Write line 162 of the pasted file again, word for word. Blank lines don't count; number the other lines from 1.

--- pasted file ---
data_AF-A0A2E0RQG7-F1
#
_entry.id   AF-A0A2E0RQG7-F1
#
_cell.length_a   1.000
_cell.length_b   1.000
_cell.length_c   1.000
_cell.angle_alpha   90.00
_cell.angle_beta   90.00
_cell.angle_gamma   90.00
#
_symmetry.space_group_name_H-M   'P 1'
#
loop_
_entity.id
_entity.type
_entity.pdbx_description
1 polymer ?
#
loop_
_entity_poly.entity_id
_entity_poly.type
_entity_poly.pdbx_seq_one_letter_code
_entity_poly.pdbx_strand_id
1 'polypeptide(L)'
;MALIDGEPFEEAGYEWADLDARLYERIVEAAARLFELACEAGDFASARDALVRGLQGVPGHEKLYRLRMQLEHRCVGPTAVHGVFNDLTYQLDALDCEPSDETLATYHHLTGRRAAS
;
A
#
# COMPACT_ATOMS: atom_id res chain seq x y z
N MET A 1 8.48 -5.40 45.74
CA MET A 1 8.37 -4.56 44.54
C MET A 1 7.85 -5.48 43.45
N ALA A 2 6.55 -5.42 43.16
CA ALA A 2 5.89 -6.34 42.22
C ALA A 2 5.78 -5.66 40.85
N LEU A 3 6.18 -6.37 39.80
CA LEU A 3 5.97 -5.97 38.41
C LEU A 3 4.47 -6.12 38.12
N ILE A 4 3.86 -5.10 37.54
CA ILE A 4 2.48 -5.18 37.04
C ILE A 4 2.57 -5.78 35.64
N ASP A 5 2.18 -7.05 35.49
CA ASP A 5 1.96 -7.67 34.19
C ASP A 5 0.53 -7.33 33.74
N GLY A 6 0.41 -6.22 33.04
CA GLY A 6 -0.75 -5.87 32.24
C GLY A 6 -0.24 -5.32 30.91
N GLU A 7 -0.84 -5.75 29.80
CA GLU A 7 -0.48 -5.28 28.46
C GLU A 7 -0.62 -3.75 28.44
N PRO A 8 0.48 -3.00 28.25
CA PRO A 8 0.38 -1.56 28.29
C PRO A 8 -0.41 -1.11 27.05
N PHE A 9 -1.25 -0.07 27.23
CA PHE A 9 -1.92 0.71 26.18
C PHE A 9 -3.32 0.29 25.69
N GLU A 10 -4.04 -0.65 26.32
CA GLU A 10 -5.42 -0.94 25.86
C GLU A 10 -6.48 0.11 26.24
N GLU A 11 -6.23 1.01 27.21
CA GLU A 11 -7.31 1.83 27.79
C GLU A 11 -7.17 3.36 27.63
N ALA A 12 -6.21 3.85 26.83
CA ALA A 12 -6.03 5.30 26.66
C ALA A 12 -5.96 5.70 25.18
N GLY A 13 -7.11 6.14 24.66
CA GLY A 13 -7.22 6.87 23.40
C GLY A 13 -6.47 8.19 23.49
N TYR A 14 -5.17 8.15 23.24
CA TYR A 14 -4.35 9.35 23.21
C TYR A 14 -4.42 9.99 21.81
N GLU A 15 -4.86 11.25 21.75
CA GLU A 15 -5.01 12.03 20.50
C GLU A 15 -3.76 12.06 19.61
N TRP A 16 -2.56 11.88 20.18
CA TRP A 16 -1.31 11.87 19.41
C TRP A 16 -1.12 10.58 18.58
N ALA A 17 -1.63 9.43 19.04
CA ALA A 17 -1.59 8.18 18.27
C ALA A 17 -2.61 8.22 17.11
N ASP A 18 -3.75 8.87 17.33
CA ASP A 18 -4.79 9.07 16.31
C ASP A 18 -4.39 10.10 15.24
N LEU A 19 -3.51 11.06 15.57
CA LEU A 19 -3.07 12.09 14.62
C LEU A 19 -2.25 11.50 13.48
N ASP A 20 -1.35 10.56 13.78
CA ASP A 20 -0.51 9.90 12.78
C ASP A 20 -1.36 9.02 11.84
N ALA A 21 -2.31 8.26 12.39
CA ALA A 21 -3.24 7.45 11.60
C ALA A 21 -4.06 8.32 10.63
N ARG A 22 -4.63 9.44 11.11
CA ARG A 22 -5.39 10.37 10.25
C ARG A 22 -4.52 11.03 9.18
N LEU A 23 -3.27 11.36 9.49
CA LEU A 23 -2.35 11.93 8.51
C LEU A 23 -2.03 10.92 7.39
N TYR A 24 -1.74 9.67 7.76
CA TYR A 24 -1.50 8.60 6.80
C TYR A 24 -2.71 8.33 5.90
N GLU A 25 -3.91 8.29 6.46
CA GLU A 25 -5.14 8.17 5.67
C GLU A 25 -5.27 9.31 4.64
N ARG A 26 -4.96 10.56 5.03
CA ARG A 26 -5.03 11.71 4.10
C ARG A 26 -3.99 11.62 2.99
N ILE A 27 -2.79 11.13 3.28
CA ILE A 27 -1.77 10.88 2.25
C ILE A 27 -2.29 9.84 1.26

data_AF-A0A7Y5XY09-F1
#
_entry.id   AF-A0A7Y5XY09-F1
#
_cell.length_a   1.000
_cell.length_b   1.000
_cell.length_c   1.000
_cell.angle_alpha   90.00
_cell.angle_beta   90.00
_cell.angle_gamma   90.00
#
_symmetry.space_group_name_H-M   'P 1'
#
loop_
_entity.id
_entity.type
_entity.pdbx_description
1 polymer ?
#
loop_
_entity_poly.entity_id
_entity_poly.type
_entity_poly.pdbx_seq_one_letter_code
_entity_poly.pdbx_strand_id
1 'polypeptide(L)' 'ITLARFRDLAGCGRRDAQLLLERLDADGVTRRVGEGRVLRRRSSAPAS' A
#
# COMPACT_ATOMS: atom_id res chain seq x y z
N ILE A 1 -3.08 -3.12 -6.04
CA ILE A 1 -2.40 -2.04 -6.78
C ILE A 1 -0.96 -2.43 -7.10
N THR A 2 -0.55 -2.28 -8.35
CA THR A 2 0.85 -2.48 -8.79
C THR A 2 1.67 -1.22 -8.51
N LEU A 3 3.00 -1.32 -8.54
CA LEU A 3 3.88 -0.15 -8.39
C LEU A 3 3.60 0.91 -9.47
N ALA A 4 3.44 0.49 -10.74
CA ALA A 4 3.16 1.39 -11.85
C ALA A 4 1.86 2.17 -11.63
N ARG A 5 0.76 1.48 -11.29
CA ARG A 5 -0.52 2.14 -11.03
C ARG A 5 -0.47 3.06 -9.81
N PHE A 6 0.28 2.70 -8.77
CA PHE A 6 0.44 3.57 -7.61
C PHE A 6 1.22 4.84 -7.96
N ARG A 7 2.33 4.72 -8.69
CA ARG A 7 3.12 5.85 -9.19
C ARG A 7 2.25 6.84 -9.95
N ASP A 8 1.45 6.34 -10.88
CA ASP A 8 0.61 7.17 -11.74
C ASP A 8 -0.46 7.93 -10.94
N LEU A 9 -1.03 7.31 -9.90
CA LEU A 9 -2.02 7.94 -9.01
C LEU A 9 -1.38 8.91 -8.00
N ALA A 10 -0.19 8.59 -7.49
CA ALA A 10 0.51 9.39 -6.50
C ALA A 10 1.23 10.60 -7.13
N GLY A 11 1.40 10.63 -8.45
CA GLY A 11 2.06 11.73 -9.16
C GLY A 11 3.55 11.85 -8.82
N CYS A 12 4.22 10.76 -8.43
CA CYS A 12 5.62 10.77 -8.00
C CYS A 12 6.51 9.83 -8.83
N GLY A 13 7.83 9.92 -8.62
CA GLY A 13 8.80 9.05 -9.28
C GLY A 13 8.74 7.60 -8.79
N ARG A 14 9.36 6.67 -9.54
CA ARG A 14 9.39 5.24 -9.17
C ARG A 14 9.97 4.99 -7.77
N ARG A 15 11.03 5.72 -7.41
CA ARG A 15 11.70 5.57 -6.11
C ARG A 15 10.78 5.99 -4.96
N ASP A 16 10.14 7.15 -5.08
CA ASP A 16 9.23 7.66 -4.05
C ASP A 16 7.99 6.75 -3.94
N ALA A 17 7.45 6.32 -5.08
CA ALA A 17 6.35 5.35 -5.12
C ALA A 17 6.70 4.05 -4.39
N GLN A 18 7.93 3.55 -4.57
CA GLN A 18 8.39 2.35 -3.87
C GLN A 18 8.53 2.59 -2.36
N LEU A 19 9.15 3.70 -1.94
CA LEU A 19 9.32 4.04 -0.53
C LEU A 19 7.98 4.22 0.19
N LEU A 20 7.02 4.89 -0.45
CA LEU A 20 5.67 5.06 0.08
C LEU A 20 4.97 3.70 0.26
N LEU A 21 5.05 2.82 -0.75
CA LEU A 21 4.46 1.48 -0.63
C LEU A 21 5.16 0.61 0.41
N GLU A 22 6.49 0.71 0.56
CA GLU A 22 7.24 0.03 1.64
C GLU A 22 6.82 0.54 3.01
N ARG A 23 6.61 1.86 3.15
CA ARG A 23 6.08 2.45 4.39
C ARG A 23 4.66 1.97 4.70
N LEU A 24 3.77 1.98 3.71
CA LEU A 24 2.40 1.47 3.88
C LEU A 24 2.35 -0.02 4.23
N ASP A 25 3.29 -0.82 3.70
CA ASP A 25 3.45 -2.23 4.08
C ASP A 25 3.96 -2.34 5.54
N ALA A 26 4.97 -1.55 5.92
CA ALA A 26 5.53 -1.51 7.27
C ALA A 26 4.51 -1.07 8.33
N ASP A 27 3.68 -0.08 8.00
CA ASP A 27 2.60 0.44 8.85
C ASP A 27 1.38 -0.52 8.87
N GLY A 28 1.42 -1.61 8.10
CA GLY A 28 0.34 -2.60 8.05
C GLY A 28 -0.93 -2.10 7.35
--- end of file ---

C ASP A 8 -0.46 7.93 -10.94